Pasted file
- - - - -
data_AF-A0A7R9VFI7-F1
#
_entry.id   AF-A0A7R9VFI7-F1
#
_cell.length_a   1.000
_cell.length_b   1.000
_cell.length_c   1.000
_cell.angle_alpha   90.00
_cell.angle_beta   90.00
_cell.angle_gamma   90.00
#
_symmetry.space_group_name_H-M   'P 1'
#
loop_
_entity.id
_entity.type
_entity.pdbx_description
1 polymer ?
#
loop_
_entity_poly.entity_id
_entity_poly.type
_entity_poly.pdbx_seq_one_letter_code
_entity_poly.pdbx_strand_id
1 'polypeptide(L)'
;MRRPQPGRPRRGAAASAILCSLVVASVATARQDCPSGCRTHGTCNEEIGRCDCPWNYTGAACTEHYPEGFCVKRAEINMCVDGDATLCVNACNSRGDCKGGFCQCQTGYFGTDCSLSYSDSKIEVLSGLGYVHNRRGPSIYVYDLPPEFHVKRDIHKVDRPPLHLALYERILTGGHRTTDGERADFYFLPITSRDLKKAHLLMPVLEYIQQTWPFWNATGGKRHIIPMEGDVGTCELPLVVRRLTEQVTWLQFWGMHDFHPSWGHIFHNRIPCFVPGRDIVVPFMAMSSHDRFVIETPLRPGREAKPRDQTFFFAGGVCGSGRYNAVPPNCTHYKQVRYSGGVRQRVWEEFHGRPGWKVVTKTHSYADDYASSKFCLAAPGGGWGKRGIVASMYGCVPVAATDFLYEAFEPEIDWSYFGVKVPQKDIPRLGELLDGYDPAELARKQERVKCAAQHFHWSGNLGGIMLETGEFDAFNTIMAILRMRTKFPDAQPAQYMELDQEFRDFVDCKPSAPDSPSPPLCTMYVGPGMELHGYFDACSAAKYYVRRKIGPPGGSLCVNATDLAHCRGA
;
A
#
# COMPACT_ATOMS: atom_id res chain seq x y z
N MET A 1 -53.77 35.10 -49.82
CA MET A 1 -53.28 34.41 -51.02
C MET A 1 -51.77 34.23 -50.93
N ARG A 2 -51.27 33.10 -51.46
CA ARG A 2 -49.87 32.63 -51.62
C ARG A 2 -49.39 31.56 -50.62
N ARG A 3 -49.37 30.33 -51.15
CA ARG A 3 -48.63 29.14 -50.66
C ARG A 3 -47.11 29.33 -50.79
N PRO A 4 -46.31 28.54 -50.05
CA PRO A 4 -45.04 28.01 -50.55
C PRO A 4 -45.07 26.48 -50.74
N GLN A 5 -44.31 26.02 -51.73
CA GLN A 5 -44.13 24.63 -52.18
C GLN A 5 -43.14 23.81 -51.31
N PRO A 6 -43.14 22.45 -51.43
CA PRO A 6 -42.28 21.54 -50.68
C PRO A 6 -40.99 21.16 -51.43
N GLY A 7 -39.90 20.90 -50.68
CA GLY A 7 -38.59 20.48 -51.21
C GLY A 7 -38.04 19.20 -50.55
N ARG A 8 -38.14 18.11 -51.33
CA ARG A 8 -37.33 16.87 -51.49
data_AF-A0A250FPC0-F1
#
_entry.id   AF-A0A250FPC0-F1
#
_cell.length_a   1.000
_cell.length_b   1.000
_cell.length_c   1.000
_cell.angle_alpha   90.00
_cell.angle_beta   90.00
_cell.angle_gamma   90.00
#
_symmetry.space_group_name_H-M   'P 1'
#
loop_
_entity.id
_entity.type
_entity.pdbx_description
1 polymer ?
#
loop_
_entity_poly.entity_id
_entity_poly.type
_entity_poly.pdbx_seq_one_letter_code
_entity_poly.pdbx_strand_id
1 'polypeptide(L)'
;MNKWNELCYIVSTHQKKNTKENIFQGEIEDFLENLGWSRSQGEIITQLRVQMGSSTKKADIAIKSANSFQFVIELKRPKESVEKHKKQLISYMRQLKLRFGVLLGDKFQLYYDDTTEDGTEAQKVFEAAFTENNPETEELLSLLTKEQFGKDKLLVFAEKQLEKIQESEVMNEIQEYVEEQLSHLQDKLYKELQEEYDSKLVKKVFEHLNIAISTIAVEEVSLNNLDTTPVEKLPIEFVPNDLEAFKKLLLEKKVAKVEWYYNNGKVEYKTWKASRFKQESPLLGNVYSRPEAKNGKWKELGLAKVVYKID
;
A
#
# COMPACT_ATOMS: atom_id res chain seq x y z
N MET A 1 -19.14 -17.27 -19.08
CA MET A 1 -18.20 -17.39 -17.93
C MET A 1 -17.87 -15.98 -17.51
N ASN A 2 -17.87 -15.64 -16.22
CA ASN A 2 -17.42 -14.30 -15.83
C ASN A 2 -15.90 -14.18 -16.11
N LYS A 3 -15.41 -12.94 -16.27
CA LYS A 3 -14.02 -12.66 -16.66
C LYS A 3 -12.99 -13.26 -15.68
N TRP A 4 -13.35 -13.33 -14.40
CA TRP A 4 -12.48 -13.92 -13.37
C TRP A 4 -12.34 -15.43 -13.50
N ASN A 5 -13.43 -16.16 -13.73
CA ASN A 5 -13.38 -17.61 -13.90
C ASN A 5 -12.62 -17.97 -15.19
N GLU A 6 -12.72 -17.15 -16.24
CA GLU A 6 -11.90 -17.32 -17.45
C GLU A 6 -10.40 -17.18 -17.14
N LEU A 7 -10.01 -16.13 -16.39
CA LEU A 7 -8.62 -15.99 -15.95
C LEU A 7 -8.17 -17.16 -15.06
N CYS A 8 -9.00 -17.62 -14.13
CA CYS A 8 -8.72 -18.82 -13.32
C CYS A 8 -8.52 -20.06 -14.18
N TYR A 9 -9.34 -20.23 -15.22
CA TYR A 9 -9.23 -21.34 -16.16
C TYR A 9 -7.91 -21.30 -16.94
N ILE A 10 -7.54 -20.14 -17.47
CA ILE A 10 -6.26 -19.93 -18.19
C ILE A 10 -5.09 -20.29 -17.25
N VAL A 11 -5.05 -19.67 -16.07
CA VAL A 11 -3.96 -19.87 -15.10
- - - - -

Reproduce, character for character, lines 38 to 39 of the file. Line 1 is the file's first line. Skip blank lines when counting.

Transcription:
CA ARG A 3 -48.63 29.14 -50.66
C ARG A 3 -47.11 29.33 -50.79